October 26, 2021
Dr. Taylor Worley will use his 18-month, $238,000 grant to research the intersection between conceptualism and Christian contemplation.
Wheaton College Visiting Associate Art History Professor Dr. Taylor Worley was recently awarded a grant from the Templeton Religion Trust for a project titled “Thinking About Thinking: Conceptual Art in the Contemplative Tradition.”
The grant is part of a Templeton Religion Trust initiative called “Art Seeking Understanding,” which is aimed at testing aesthetic cognitivism, a theory that argues that art is not only a source of delight and pleasure but of knowledge and understanding.
“My project will focus on how conceptual works of art can offer moments for spiritual contemplation,” Worley said. “I might be the only person on the planet interested in bringing these things together for the sake of research, and it will be an absolute joy to pursue it.”
Emerging in the 1960s and 70s, conceptualism is an art movement in which the essence of the artwork is the idea conveyed—and that idea can be conveyed through any means, whether a performance or an installation or a photograph, among others. The art form has always fascinated Worley, especially its staying power, and recently he’s grown increasingly curious about conceptualism’s connection to the Christian tradition of contemplation.
As Christians, many of us wrestle and come to a place of peace with the hiddenness of God, of not knowing everything, and of some level of uncertainty in our faith, Worley said. “To me, there are connections to the experience of many museum goers,” he said. “When engaging with art works, the best things happen when we’re open and are willing to say, ‘I don’t have to have all the answers. What could this be?’”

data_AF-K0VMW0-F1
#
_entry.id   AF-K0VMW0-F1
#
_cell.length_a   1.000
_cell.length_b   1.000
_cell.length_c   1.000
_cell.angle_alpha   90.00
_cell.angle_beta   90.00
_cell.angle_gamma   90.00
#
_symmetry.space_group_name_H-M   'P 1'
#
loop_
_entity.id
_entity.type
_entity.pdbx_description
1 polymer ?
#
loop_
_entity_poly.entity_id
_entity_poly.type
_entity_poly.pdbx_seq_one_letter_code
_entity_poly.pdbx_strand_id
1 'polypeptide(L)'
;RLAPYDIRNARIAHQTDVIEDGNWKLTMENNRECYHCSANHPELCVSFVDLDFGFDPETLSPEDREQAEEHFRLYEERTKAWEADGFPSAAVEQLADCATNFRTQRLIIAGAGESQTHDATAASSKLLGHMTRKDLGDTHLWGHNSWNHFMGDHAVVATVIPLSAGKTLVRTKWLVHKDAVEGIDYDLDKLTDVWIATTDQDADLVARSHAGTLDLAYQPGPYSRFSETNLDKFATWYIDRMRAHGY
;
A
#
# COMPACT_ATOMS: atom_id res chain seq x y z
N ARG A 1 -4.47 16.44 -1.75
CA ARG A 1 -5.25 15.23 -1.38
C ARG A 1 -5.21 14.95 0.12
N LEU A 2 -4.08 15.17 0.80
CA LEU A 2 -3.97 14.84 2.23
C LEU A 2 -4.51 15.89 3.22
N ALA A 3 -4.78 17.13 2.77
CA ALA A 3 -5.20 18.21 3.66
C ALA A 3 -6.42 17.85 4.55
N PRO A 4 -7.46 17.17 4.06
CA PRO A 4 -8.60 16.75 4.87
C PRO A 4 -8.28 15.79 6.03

With this planning grant, Worley will organize a study in collaboration with faculty across multiple College departments with the goal of understanding how conceptual art can inspire contemplation.
“We are thrilled that the Templeton Foundation has confirmed something we have believed all along in the Art Department: namely, that art is not mere decoration on previously formulated ideas but itself does cognitive work,” said Wheaton College Associate Professor of Art History Dr. Matthew Milliner. “By choosing Wheaton as a host for his exciting research, Dr. Worley is set to take us even further in this direction. His teaching—enriched by extensive art world connections and a proven research track record—is already showing us how the arid heights of conceptual art can merge with the placid depths of Christian contemplative tradition.”
Worley comes to Wheaton College from Trinity International University, where he served as the Visiting Associate Professor of Faith and Culture and the Managing Director of the school’s Center for Transformational Churches. In 2010, Worley was awarded his Ph.D. in Theology from the University of St. Andrews in Scotland. He received an M.Div. from The Southern Baptist Theological Seminary in 2004 and a B.A. in Christian Studies from Union University in 2001. Worley has published multiple articles related to the intersection of arts and theology, and he is the author of four books, including the 2019 Memento Mori in Contemporary Art, which examines how four contemporary artists explore the question of death in their religious imagery.